Looking closer, our divorce law does not discriminate between husband and wife: either party may commence the proceedings, and either party may be the respondent. The ground for divorce (irretrievable breakdown) says nothing about husband or wife, and nor do any of the five ways of proving irretrievable breakdown. As to disputes over arrangements for children, the law says nothing to favour mother or father — the welfare of the child is the court’s paramount concern. Similarly, the law relating to financial remedies following divorce does not favour either husband or wife.
Jolly good. Now, if anyone had ever claimed that British family law contained gender-specific terminology, Bolch might have a point, but since they haven’t, he doesn’t. We can all read the words, John; your argument is a straw man.
Moreover, it’s a straw man that’s particularly easy to topple. For example, many southern states of the U.S. used to have “poll taxes.” Those were laws that were designed specifically to deny African-Americans the ability to exercise their right to vote. They imposed financial and educational burdens that blacks often couldn’t meet. And of course in practice, whites were usually excused from meeting the legal standards. But there was nothing racist in the language of the laws. Their language was scrupulously race-neutral. It just so happened that white precinct judges applied the laws in a way that disenfranchised blacks, but not whites. Funny how that happened.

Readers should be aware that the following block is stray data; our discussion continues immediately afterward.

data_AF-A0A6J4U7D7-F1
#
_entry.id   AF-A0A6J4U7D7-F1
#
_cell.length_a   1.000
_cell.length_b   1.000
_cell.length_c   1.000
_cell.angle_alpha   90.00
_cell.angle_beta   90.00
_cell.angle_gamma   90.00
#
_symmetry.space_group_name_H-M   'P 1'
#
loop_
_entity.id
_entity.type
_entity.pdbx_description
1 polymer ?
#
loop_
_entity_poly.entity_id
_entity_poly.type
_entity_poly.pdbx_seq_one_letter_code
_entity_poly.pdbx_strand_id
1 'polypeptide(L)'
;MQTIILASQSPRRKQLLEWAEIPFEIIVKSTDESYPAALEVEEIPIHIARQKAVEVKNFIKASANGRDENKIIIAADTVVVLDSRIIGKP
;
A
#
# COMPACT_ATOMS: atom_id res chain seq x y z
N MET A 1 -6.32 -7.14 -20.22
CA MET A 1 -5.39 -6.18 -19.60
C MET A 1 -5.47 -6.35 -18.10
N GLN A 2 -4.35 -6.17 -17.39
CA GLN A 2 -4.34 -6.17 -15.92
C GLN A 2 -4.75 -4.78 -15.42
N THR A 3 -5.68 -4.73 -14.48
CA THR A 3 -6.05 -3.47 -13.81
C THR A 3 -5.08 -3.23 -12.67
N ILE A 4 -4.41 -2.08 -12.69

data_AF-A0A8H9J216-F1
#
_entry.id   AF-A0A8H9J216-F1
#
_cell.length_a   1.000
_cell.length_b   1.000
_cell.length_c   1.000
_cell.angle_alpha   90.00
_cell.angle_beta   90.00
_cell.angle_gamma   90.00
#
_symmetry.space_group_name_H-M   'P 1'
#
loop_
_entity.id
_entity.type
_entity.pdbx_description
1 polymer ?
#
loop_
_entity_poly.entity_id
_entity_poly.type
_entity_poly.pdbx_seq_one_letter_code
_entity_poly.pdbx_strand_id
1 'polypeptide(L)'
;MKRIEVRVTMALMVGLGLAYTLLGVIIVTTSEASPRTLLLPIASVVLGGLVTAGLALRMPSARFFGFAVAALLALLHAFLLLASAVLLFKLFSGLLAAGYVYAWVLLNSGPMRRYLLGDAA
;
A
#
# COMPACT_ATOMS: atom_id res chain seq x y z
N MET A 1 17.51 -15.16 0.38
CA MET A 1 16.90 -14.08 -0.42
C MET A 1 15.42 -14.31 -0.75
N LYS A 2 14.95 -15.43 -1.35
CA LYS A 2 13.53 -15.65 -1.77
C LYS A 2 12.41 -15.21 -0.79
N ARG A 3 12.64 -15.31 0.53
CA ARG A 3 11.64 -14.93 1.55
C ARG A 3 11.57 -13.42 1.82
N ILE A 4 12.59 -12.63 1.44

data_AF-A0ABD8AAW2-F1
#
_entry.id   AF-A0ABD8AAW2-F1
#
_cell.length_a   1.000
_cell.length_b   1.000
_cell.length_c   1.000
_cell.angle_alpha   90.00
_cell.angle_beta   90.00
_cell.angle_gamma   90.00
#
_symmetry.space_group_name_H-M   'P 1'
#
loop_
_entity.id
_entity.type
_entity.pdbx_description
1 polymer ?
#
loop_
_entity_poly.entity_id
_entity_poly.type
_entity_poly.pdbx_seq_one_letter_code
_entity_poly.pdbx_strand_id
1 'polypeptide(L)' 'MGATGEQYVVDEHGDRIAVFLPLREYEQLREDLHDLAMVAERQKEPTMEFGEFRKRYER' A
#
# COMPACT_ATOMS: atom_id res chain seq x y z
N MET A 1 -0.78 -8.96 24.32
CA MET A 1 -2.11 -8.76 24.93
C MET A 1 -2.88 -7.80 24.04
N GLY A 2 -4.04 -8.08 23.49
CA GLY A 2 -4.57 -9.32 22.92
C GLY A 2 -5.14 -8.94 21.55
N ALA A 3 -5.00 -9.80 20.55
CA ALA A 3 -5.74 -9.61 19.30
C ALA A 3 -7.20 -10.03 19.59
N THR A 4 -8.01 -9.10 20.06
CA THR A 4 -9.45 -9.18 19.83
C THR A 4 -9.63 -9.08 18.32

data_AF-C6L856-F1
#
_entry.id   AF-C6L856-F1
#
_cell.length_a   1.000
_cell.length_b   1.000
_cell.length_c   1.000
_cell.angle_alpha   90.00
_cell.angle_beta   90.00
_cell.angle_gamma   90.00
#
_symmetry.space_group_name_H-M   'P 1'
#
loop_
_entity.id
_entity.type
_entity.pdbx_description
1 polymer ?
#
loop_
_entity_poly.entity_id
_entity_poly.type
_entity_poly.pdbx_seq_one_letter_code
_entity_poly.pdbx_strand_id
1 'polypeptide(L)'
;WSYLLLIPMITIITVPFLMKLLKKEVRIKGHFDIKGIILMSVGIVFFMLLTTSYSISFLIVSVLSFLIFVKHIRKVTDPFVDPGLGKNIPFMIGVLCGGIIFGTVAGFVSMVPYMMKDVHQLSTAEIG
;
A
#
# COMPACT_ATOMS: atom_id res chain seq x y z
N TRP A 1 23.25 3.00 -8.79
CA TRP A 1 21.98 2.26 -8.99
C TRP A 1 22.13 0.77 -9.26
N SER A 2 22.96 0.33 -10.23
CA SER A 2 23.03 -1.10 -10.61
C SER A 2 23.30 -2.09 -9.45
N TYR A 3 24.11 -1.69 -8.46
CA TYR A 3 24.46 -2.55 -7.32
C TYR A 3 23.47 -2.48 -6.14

Bolch pretends to be unaware of the many ways in which judges can interpret a law that’s facially neutral in discriminatory ways. He can’t imagine judges bringing their own biases to bear on child custody cases. It’s a simple concept, just too difficult for Bolch.
So he moves on.
Of course, the law must be interpreted by the courts. However, so far as this is concerned, the courts surely come out well. Whereas at one time, following the norms of society, there may have been some bias, for example in favour of mothers in children disputes and against wives in financial disputes, in recent times the courts have moved on.